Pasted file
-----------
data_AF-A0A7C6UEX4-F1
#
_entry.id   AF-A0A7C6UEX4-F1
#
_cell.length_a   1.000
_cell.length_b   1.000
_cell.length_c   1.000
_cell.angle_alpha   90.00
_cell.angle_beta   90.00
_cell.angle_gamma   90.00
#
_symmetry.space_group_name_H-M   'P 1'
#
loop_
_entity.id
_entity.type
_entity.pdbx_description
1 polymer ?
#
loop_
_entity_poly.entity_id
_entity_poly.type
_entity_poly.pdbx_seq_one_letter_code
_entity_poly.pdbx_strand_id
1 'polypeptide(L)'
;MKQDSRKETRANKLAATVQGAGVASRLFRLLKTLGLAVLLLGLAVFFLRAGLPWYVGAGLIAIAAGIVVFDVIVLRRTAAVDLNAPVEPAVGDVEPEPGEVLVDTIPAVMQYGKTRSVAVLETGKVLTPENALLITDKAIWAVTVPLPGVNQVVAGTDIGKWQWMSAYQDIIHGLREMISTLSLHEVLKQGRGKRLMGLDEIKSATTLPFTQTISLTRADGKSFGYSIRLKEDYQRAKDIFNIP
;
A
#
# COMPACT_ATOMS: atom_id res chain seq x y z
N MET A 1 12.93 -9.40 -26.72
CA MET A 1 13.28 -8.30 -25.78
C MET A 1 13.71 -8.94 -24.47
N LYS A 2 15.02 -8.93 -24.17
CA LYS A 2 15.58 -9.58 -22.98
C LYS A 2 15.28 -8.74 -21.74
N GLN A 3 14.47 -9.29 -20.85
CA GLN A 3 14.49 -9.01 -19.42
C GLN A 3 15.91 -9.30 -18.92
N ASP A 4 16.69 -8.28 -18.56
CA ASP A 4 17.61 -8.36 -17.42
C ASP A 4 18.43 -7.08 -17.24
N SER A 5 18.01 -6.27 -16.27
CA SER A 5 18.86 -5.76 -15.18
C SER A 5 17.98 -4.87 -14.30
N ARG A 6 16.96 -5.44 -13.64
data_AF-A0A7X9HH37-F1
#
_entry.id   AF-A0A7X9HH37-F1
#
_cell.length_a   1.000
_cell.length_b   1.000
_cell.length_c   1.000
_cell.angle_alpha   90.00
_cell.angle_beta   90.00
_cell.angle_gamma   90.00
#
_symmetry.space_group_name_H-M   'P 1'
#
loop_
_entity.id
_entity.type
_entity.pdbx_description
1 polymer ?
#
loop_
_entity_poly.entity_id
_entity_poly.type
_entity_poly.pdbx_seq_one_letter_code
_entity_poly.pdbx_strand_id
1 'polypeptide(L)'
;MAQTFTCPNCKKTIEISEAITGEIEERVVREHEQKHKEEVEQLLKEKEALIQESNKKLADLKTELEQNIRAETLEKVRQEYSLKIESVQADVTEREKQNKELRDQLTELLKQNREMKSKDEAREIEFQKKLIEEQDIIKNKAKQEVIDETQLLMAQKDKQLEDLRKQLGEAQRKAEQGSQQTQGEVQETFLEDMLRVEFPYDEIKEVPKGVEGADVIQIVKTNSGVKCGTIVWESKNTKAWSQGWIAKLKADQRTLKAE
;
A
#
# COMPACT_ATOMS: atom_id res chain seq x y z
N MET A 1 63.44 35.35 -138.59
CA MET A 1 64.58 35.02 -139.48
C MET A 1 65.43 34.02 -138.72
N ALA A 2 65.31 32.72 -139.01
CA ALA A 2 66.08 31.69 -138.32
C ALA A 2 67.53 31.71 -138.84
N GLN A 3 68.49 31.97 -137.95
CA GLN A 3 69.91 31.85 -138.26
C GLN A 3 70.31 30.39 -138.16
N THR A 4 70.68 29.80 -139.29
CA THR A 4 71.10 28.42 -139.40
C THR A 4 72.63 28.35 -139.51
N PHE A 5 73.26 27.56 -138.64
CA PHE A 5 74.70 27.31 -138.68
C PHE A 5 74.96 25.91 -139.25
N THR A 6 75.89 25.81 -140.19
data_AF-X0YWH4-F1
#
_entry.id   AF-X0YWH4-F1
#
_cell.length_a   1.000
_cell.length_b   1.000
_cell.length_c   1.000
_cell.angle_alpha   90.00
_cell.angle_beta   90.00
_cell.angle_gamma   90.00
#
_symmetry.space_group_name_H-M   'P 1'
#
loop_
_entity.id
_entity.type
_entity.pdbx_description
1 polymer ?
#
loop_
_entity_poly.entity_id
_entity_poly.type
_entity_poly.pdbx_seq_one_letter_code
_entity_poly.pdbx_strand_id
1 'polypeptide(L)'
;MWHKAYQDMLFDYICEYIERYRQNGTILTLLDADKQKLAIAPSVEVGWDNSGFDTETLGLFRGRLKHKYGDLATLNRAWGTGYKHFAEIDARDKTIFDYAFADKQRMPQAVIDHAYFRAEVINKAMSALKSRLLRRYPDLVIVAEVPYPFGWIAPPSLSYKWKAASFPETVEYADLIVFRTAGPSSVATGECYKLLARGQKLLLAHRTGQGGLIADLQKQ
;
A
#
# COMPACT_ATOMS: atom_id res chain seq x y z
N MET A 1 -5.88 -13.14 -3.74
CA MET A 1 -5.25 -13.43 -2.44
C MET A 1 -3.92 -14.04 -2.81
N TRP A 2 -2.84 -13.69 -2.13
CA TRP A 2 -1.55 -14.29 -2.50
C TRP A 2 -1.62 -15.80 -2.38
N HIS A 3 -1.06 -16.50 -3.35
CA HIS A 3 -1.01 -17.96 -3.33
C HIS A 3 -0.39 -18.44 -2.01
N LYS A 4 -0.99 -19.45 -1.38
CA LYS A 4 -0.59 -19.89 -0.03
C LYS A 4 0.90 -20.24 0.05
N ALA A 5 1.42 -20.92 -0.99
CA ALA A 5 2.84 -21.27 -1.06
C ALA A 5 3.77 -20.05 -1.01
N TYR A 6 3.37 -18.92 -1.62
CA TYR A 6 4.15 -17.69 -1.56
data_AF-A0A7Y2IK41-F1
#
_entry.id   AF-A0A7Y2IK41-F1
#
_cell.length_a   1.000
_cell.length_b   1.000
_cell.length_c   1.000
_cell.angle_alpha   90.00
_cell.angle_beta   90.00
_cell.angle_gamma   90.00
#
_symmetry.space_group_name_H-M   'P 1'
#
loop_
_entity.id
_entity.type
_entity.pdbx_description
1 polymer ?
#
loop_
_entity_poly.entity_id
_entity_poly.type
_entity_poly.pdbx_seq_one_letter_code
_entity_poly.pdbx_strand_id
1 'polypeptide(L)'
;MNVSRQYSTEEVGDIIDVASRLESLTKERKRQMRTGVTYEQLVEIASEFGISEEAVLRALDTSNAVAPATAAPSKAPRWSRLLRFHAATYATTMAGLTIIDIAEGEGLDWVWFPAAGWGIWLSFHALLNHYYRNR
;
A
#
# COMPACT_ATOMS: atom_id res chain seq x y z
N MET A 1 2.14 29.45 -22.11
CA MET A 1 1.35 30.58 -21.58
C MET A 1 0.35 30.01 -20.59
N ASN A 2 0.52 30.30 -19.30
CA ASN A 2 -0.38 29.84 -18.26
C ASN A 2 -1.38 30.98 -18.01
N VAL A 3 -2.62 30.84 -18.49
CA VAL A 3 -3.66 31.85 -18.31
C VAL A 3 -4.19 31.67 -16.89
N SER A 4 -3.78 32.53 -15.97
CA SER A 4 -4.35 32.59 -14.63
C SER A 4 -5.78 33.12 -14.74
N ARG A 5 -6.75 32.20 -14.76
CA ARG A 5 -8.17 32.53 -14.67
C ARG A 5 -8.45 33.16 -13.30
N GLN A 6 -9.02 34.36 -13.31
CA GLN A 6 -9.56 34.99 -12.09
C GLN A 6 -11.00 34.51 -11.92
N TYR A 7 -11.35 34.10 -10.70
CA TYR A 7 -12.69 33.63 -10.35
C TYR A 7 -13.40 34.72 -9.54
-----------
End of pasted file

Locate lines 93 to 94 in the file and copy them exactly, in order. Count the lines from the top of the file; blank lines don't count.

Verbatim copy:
data_AF-X0YWH4-F1
#